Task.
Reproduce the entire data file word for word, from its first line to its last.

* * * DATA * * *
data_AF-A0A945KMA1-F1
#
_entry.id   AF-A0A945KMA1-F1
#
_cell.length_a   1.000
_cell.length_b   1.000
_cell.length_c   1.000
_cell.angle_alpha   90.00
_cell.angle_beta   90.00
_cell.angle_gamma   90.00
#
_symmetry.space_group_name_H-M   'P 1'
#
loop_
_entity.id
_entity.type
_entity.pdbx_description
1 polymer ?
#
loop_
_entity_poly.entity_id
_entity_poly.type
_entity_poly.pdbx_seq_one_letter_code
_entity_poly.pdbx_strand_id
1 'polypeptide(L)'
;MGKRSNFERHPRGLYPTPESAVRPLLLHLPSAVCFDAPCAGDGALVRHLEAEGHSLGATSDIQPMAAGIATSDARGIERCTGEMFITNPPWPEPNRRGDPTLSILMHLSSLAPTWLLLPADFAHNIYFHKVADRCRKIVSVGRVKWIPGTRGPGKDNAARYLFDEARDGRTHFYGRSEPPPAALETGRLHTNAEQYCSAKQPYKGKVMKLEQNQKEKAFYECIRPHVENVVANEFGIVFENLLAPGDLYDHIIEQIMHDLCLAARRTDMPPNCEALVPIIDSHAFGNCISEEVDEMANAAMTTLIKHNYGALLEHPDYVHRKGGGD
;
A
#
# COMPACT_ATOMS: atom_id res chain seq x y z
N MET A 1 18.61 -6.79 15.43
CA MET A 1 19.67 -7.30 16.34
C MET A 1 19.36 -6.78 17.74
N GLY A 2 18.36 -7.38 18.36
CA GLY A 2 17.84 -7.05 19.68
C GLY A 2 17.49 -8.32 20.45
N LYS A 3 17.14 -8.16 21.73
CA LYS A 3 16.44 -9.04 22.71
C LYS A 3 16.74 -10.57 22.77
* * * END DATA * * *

data_AF-A0A945KMA1-F1
#
_entry.id   AF-A0A945KMA1-F1
#
_cell.length_a   1.000
_cell.length_b   1.000
_cell.length_c   1.000
_cell.angle_alpha   90.00
_cell.angle_beta   90.00
_cell.angle_gamma   90.00
#
_symmetry.space_group_name_H-M   'P 1'
#
loop_
_entity.id
_entity.type
_entity.pdbx_description
1 polymer ?
#
loop_
_entity_poly.entity_id
_entity_poly.type
_entity_poly.pdbx_seq_one_letter_code
_entity_poly.pdbx_strand_id
1 'polypeptide(L)'
;MGKRSNFERHPRGLYPTPESAVRPLLLHLPSAVCFDAPCAGDGALVRHLEAEGHSLGATSDIQPMAAGIATSDARGIERCTGEMFITNPPWPEPNRRGDPTLSILMHLSSLAPTWLLLPADFAHNIYFHKVADRCRKIVSVGRVKWIPGTRGPGKDNAARYLFDEARDGRTHFYGRSEPPPAALETGRLHTNAEQYCSAKQPYKGKVMKLEQNQKEKAFYECIRPHVENVVANEFGIVFENLLAPGDLYDHIIEQIMHDLCLAARRTDMPPNCEALVPIIDSHAFGNCISEEVDEMANAAMTTLIKHNYGALLEHPDYVHRKGGGD
;
A
#
# COMPACT_ATOMS: atom_id res chain seq x y z
N MET A 1 18.61 -6.79 15.43
CA MET A 1 19.67 -7.30 16.34
C MET A 1 19.36 -6.78 17.74
N GLY A 2 18.36 -7.38 18.36
CA GLY A 2 17.84 -7.05 19.68
C GLY A 2 17.49 -8.32 20.45
N LYS A 3 17.14 -8.16 21.73
CA LYS A 3 16.44 -9.04 22.71
C LYS A 3 16.74 -10.57 22.77